How to start working together in a stalled divorce
Written by Kristine Reich

How to start working together in a stalled divorce

The path to getting divorced is seldom smooth. After agreeing to spend your lives together, admitting a new path is necessary is hard. Unfortunately, this sometimes means delays in the process. And when you have a stalled divorce, you may struggle to move ahead.

Divorces stall out for many reasons. This can add costs, both emotional and financial. You may find it tempting to dig in for a fight. Before you let the divorce turn ugly, hire the right professionals and generate options that can help bring closure. Collaborative divorce can make the process less frustrating.

Causes of a Stalled Divorce

It is not unusual for divorce to be experienced in the same stages as grief: denial, bargaining, anger, depression, and acceptance. In many cases, you and your spouse can be in very different stages of processing grief.  One of you may be dragging feet in hopes of making it work and the other may be well on the way of acceptance. Navigating through different stages is common in many stalled divorces.

Other times, one person may feel scared of the unknown, and puts the brakes on in the hopes of finding answers. The longer the process goes, the more expensive it becomes. Some people drag things out to force a better settlement. And sometimes stalled divorce may even come out of spite for resentments during the marriage.

Whatever the reasons, a stalled divorce creates problems. More people get involved, and more frustrations build. The need to move on gets overcome by a need to strike back. The more things escalate, the harder it is to get back on track.  By having insight and support, people can break impasse and resolve the issues and feelings that are keeping them stuck.

How to Restart the Process

There are steps you can take in court (e.g. filing motions or requesting hearings) to get things moving again, but none of these steps will help heal the wounds divorce creates. Before you go into attack mode, you may find an olive branch is most effective. Divorce won’t ever be easy, but you can find ways to find common ground. Talk to your spouse about the need to move forward from a stalled divorce.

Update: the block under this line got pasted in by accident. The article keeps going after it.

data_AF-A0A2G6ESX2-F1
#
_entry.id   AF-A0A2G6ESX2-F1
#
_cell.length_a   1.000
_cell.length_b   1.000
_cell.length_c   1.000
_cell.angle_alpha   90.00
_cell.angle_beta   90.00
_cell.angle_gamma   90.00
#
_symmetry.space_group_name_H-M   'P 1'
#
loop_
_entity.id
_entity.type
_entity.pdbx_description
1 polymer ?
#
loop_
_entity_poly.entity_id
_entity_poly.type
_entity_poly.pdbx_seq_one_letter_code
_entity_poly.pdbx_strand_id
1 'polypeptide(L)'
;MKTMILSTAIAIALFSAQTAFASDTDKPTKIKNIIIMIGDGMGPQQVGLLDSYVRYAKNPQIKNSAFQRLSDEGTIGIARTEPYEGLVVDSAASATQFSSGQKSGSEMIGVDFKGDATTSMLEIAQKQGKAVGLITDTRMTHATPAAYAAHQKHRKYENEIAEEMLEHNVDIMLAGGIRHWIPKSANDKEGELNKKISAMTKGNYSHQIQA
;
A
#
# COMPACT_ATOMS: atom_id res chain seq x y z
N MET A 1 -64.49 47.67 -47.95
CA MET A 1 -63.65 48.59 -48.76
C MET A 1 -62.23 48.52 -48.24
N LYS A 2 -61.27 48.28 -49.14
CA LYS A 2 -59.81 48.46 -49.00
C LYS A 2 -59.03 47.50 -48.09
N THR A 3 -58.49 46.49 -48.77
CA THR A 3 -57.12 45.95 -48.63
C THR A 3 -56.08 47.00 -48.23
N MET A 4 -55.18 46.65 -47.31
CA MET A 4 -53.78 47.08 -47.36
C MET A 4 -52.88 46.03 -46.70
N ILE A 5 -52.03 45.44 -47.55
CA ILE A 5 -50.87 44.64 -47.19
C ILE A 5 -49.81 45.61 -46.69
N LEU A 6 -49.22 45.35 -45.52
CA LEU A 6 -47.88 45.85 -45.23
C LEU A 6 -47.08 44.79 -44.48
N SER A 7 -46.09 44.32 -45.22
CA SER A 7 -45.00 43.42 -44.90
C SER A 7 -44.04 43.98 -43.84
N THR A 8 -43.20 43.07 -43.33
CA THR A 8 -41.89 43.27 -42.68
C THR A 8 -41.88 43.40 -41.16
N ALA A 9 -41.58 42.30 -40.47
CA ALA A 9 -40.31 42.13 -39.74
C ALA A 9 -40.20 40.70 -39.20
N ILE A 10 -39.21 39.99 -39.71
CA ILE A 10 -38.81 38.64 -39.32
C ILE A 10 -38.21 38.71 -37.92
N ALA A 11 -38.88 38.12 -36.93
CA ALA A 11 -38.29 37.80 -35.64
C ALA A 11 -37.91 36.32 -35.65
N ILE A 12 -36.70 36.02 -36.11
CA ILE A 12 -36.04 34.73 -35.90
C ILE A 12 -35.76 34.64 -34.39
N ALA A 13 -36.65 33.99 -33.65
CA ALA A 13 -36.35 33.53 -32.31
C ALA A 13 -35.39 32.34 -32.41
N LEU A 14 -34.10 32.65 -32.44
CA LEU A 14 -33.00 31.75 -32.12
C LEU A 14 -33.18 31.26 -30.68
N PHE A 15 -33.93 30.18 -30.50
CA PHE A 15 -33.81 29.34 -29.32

This will not always work, but finding a way to speak respectfully about the issues of your divorce is worth the effort. A stalled divorce doesn’t benefit either of you. You get more bitter and angry. And refusing to work together does not help you reconcile.

As stated by Nelson Mandela, “as I walked out the door toward the gate that would lead to freedom, I knew if I didn’t leave my bitterness and hatred behind, I’d still be in prison.”

This is where Collaborative Divorce can make things less combative. Agreeing to a process to move ahead together helps push past those barriers. It gives you a chance to start fresh.  It helps you think about the future you want to live instead of the misery you are currently experiencing.

Keeping It Moving

A stalled divorce takes time to push through. Just because you get moving again does not guarantee you will want to keep going. You need to communicate and focus on finding the best result for yourselves and each other, particularly if you are co-parents. Communication is the key to all successful transitions.

Stalled divorce can happen with even the best of intentions. If you find yourself stuck, don’t give up. There are ways to help you and your spouse get through it.

If you feel stuck in a stalled divorce, we can help. Contact the professionals at Best Legal Choices to learn more about the collaborative process.  Collaborative Divorce does not mean you’re always going to get along with your spouse, but what it does mean is the opportunity to create a safe forum to productively break impasse and find your middle ground.